Much of creating a strong cybersecurity posture comes down to risk management. Threat actors are out there, and they have more tools at their disposal than ever. The U.S. Cybersecurity and Infrastructure Security Agency (CISA) recently established a public catalog of vulnerabilities known to be exploited in the wild and issued a binding operational directive ordering federal agencies to patch those systems. But what impact will this really have? And what does it mean for non-government organizations?
The last few years have been eventful in terms of operational technology (OT) cybersecurity incidences, with attacks on critical infrastructure like Colonial Pipeline and the water utility in Oldsmar, Florida. While this has put OT security on the radar, companies are still trying to figure out how to mitigate their own particular version of risk. According to Jim Cook, COO of Velta technology, CISA’s Known Exploited Vulnerabilities Catalog is not getting the attention it deserves. Last November, CISA began publishing a catalog of known exploits, or common vulnerabilities (CVEs), to help companies prioritize their risk management. Once companies know which vulnerabilities are out there and relevant to their environment, they can start patching and securing their systems.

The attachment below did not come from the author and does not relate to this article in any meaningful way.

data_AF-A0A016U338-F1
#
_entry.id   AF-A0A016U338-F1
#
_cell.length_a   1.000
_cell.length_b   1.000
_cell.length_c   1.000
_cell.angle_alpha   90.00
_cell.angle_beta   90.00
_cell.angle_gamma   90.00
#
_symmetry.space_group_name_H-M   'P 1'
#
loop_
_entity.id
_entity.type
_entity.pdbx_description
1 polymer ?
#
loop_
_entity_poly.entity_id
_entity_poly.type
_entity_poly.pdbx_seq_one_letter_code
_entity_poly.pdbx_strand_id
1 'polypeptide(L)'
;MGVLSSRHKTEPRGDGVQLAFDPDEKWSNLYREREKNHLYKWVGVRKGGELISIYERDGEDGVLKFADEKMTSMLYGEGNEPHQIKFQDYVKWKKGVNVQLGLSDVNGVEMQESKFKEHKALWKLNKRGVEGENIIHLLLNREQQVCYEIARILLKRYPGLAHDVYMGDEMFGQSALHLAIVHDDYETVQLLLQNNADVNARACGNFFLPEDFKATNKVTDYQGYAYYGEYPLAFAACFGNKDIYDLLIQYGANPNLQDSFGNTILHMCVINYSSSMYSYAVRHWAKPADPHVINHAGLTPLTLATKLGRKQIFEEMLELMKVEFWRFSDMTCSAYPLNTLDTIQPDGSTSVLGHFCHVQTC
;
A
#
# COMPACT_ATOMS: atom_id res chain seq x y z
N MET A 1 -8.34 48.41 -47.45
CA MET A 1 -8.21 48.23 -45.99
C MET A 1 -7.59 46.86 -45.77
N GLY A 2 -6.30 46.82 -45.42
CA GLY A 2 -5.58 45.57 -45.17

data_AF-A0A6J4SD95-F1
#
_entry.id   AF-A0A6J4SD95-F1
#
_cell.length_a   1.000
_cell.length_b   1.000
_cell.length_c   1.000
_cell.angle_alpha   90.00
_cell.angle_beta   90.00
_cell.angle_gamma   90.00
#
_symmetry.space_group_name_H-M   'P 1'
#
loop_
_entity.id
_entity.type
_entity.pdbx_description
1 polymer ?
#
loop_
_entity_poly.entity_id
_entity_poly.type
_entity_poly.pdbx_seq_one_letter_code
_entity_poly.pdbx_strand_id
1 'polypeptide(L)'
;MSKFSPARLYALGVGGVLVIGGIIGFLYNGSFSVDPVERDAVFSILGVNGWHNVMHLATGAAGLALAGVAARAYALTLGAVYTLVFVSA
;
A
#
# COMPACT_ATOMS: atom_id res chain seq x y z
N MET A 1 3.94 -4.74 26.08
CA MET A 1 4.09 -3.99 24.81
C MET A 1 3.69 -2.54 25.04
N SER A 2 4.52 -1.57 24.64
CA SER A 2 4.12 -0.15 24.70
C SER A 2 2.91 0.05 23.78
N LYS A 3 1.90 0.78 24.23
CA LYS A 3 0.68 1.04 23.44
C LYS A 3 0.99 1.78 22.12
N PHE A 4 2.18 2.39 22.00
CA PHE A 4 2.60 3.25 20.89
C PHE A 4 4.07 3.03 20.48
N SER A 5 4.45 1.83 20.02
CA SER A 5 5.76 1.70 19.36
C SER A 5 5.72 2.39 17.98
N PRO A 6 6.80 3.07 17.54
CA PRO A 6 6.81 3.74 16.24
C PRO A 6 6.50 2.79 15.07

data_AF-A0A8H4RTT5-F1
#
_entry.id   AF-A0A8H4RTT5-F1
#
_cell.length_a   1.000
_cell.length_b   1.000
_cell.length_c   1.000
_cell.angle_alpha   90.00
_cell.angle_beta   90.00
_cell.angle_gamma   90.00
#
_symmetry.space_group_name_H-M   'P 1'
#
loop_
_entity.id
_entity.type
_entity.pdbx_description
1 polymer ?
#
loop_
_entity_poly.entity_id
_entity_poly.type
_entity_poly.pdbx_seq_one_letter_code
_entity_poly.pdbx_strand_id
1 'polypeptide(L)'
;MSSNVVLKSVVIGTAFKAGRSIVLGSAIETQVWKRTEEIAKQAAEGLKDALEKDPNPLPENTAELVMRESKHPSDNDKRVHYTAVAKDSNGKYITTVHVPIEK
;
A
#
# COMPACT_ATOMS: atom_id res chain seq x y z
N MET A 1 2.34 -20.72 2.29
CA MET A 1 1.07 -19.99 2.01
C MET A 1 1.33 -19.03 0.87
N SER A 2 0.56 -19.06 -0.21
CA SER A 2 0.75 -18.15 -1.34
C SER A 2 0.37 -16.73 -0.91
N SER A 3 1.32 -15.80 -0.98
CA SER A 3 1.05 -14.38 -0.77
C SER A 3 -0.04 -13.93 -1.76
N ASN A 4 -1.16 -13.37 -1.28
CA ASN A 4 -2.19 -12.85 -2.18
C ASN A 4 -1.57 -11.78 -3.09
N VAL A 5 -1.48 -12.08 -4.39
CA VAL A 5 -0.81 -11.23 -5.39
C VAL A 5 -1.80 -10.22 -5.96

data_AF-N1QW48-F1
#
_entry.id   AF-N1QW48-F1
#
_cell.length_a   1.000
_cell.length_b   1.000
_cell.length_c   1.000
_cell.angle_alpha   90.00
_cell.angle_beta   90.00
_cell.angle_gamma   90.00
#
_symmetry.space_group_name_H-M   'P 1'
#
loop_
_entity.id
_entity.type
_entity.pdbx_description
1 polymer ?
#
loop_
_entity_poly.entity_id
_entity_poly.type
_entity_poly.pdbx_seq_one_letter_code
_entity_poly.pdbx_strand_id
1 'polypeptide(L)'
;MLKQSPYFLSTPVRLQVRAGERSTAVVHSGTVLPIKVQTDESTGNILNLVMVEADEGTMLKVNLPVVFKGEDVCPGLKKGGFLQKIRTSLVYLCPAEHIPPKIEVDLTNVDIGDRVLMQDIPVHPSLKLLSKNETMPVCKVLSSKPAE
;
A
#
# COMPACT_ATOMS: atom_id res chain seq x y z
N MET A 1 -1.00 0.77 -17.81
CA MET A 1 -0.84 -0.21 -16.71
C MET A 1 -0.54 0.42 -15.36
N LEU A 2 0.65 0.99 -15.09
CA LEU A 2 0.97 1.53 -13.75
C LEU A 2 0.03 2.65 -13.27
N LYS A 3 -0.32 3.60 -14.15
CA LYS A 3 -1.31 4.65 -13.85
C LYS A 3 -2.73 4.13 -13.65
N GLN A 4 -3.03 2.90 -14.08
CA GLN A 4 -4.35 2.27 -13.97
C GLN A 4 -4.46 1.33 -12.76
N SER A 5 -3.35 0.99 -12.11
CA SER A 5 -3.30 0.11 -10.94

“They’ve got a good process in place now where these get published in a central essential repository, the numbers are logged,” Cook said. “They’re on all different technologies, whether it’s firmware, software platforms, and you can go and look and review.”
The IT/OT divide
For the OT side, patching systems can be a complicated process because, unlike with information technology (IT), they generally can’t patch on a regular basis. They’re often working with older legacy systems, and any downtime can be costly for companies. As a result, OT vulnerabilities tend to back up — there can literally be thousands — leaving critical systems open to breach.
Cook said the CISA catalog is a great place for companies in trouble to start. These are vulnerabilities the Department of Homeland Security (DHS) and other government organizations know threat actors are actively try to exploit. We know they’re out there; we know they’re vulnerable and we know how to fix them.
“It’s a great place to say, ‘I’ve got 2,000 or 10,000 open vulnerabilities sitting in my OT. I can’t fix them all. Where do I start?’” Cook said. “Well, I’d start by the ones that the threat actors are currently trying to compromise. And, quite frankly, the Log4j that just came out recently, was published, went straight to the exploit list.”
The primary goal of this list is to help organizations prioritize patching. But, again, there is a divide between IT and OT. IT runs patches frequently, essentially whenever they can. It’s the complete opposite for OT. They’re often not in an environment where shutting down production is an option. There are systems that if a company were to shut them down, they might be jeopardizing a $5 million piece of equipment, Cook said. If you’re talking about melting steel, for instance, that machine has likely been running for 10 or 15 years, and you would have to shut it down to patch it. Therefore, alternate mitigations need to be put in place.